Saturday, August 30, 2014

Rejected Business Ideas



Ministry of Government and
Consumer Services
ServiceOntario
Companies and Personal Property
Security Branch
393 University Avenue, Suite 200
Toronto Ontario
M5G 2M2

19 August 2014

RE: Business Registration

Dear Ms. Bennett:

Thank you for contacting the Ministry of Government and Consumer Services, and for submitting your business ideas for registration.

After careful consideration, we have made the decision to rejected your application. You may wish to review your business plans, marketing strategies, financing, and overall concepts for your proposed enterprises. To recap, they are:

1) Bad Ass Baby Tattoo Company: Tattoos for the infants of ink aficionados.

2) Drive Thru Urinals: A complement to fast food drive thru windows. Allows the driver and passenger to relieve themselves via urinal or catheter, to save time. (You may wish to approach the Canadian Intellectual Property Office with this, as it is more of a patent)

3) Racoon A-Way: Do-It-Yourself animal removal kit. (Shovel, ax, large garbage bags)

4) Rent-A-Crank: Service provider. Acting as proxies for parents, elderly people nag and cajole successful younger adults, to keep them honest.

5) Gee-Had Me: Lighthearted greeting cards and novelties for Islamic extremists.

6) Old Tyme Movers: Environmentally friendly eco-movers, using horse drawn covered wagons. Fee charged by the hour.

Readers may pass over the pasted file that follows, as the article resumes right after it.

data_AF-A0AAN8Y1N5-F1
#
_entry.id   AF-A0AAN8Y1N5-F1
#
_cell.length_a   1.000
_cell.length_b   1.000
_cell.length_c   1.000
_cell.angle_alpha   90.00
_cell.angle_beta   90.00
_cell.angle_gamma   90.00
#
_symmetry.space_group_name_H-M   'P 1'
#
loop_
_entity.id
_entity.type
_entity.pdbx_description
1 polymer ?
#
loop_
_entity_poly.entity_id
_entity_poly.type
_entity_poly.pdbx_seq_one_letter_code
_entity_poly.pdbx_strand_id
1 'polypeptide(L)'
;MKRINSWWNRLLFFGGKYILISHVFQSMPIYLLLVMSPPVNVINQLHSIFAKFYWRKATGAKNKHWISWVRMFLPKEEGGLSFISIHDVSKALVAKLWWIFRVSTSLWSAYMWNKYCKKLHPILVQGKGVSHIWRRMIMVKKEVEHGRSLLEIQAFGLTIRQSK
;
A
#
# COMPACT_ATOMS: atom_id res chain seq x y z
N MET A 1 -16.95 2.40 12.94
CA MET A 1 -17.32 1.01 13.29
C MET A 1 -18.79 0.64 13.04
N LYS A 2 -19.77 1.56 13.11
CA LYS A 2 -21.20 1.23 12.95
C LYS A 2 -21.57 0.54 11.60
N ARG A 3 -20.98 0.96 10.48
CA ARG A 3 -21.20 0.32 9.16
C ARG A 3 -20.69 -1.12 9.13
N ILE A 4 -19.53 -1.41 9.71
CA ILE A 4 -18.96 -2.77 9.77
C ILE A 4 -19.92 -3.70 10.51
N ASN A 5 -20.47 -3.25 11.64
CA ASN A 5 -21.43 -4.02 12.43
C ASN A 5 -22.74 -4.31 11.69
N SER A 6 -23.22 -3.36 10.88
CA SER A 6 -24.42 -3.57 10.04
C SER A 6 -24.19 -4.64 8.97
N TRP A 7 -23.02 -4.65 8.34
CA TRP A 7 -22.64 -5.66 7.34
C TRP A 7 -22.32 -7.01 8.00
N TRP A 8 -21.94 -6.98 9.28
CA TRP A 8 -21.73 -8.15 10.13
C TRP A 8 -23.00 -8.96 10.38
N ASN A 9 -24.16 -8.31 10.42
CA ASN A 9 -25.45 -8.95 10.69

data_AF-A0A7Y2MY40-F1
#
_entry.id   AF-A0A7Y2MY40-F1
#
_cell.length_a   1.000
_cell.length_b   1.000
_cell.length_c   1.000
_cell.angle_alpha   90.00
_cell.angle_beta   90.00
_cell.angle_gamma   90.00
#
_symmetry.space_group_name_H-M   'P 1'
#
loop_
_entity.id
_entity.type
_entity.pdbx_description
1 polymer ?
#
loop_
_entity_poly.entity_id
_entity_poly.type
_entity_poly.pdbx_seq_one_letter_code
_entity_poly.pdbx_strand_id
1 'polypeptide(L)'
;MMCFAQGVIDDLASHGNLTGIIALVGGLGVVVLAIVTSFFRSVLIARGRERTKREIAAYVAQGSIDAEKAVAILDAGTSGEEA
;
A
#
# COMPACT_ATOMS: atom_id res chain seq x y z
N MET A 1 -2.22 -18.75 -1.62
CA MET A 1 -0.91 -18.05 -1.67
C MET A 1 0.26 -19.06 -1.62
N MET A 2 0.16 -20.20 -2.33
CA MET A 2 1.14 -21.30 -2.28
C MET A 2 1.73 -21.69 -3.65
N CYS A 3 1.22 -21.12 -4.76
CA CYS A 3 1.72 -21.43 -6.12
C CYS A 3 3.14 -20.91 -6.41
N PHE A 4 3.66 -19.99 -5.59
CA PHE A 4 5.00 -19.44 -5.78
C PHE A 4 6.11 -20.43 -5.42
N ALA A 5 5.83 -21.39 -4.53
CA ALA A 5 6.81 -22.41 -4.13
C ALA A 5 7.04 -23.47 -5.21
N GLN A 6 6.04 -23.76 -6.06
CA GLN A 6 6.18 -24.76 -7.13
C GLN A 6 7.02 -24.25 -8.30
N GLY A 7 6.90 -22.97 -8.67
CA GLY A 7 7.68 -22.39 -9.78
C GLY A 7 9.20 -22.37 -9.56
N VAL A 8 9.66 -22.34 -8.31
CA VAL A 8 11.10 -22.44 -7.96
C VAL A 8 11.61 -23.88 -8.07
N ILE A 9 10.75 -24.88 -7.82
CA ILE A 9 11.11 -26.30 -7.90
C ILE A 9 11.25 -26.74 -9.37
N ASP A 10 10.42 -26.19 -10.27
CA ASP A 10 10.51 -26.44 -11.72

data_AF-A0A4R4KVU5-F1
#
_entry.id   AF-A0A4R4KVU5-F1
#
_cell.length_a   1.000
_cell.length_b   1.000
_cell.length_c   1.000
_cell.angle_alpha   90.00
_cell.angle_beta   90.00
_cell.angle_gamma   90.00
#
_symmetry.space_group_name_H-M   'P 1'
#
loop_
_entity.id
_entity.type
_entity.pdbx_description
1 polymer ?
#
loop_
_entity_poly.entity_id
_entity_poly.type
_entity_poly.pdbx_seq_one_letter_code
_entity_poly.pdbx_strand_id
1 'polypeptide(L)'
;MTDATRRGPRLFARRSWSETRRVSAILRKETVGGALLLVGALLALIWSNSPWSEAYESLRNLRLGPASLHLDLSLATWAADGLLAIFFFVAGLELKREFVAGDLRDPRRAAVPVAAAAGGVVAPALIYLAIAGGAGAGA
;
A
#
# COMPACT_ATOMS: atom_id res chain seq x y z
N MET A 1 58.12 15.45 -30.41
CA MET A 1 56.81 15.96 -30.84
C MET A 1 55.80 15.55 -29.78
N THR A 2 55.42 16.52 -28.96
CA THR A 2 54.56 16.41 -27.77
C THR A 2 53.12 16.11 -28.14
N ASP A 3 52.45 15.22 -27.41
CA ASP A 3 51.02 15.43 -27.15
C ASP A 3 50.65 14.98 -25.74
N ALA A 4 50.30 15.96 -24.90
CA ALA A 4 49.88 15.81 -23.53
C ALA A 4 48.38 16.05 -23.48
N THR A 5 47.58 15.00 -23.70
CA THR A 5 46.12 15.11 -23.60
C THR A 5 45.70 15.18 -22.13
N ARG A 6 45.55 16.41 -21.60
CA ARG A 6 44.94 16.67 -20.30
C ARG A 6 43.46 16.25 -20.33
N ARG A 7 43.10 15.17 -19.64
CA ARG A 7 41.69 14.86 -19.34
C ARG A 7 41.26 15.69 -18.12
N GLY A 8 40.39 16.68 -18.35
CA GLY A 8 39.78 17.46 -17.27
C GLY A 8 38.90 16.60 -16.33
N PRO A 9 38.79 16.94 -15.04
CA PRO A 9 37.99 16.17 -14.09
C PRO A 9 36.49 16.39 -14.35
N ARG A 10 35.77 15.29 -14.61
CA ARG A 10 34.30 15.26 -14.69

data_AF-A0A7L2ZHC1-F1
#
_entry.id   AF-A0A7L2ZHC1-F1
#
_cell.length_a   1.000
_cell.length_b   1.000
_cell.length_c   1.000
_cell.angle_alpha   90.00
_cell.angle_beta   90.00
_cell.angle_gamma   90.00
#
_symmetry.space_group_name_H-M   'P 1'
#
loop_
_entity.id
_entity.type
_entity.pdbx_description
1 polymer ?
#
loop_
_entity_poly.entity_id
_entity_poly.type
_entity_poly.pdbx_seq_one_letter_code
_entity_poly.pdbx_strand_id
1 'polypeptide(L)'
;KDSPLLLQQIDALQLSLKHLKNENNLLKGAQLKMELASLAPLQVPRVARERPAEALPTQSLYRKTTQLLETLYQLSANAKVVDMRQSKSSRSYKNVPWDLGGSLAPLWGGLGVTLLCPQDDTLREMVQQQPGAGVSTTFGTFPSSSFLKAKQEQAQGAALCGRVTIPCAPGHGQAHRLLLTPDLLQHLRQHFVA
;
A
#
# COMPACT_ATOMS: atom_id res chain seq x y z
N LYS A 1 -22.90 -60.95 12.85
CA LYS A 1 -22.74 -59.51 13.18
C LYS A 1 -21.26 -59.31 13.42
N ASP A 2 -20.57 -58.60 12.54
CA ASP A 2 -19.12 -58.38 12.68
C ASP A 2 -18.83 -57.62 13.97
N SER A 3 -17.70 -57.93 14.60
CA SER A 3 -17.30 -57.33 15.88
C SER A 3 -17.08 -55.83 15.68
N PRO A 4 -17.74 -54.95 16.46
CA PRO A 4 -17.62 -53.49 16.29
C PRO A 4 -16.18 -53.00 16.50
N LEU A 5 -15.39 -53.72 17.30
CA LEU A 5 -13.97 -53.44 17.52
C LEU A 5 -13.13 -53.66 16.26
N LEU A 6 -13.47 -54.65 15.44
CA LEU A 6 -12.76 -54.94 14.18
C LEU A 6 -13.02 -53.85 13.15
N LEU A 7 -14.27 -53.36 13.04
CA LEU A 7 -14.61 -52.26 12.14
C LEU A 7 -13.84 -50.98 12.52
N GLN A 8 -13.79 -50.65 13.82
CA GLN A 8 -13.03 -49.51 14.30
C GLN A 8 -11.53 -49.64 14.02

7) Look Up: A computer app for mobile phones. Alerts busy texters when to raise their heads and focus on: crossing busy intersections, paying for food, buying groceries, boarding public transit, driving vehicles, engaging in conversation with a human being physically with them, swimming, bicycling, hiking etc, etc.

8)  Public Pylon: 24/7 on-call service that places traffic pylons around your vehicle, to reduce the risk of parking tickets.

9) Bad Ass Tattoo Removal Company: Hard-edged tattoo removal for the whole family. Sterilized needles optional.

10) Be Me, Be Free: Cloning service. Send replicas of yourself to events and occasions you rather not attend: e.g. board meetings, parent-teacher interviews, one man/one woman shows, family reunions, church, children's dance recitals etc..

We suggest you further investigate and develop your proposed business ideas. Not to put too fine a point on it, but we think you should abandon them all together.

Thank you for submitting your business ideas. The fee for each concept will still be applied

Sincerely,



Faceless bureaucrat

Tuesday, July 08, 2014

Miracle on the HI-360

                                                                          







From Kahului, Maui's main city, the little town of Hana is 52 miles away, or about 84 kilometres. Hana is nestled in the island's rugged eastern coastline, and according to the  
Go Hawaii tourist website, is considered one of the last unspoiled Hawaiian frontiers. I would call it a backwater, if not a marijuana outpost. The drive to Hana can take anywhere from two to four hours to complete, because it consists of narrow one-lane bridges, and hairpin turn, not to mention spectacular scenery. A person is apt to toddle and gape.